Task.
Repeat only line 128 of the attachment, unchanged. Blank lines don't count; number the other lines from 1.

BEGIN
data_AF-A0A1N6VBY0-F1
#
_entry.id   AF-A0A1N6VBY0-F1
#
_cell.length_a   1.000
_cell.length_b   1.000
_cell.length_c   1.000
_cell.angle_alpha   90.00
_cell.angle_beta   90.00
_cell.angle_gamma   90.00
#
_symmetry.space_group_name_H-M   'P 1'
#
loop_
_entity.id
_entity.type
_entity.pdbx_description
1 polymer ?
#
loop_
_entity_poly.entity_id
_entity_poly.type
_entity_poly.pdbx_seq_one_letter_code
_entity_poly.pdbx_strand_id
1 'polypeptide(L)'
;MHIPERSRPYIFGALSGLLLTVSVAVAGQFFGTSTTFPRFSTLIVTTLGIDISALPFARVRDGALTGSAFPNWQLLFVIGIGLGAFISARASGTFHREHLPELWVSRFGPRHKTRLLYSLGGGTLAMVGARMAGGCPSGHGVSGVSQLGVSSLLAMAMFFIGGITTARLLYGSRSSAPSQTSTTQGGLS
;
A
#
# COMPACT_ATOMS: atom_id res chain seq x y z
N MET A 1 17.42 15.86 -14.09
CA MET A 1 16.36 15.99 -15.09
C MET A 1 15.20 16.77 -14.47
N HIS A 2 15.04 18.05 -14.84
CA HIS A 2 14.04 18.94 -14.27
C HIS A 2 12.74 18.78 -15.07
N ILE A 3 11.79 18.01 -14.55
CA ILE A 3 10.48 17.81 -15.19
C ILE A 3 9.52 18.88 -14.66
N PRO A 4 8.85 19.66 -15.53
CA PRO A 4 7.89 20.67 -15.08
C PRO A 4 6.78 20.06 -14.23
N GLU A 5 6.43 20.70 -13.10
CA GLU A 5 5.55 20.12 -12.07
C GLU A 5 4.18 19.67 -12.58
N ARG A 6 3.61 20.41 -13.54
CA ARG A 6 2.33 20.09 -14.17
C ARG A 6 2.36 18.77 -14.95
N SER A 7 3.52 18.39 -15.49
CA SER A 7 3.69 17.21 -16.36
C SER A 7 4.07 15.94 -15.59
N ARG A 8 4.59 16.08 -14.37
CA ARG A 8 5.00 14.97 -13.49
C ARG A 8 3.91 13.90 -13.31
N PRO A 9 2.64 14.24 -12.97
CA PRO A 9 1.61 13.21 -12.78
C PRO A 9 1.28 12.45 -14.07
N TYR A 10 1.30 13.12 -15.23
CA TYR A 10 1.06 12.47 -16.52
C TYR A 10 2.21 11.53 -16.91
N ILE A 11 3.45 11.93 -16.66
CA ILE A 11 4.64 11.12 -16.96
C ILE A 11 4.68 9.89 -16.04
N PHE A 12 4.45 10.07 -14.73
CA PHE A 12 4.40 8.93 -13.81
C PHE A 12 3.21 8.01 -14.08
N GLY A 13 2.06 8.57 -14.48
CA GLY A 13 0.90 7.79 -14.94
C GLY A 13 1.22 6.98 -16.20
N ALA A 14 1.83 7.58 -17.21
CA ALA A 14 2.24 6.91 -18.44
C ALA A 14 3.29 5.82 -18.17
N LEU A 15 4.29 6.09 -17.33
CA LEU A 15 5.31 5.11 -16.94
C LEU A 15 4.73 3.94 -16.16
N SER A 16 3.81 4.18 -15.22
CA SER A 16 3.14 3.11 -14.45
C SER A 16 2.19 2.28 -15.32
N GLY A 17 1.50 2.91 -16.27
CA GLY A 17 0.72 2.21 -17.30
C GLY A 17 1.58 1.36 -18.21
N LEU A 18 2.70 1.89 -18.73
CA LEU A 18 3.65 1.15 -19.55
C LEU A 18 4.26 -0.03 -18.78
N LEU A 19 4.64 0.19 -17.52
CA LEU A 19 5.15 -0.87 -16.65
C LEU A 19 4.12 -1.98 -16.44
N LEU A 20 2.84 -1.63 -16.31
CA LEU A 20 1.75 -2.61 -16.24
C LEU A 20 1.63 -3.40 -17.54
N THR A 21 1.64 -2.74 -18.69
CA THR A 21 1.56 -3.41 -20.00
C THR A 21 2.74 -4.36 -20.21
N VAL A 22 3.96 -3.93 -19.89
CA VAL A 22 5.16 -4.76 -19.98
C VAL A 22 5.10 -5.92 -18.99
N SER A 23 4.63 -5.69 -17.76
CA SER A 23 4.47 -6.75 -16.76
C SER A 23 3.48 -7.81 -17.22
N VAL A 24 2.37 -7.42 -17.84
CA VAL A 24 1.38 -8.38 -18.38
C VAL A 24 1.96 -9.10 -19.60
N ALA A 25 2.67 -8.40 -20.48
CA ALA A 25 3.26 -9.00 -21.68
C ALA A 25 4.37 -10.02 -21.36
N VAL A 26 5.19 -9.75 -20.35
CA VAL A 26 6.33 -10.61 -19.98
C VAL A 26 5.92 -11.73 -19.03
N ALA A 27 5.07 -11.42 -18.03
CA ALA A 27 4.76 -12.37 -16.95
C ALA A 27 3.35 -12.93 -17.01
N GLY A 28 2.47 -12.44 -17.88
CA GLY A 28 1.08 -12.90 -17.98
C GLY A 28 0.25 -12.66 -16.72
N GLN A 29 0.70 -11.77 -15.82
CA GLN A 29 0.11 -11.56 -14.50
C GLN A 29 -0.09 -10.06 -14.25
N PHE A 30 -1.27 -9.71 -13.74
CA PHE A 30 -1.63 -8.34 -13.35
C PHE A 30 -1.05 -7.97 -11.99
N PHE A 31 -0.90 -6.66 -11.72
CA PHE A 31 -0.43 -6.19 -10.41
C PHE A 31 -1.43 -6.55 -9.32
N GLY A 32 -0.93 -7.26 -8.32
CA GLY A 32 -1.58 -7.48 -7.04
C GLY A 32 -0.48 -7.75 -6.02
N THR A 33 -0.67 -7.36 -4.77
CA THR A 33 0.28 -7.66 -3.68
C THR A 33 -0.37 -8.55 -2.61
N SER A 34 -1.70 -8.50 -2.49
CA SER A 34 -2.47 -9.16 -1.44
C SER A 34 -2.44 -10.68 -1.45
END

CA THR A 33 0.28 -7.66 -3.68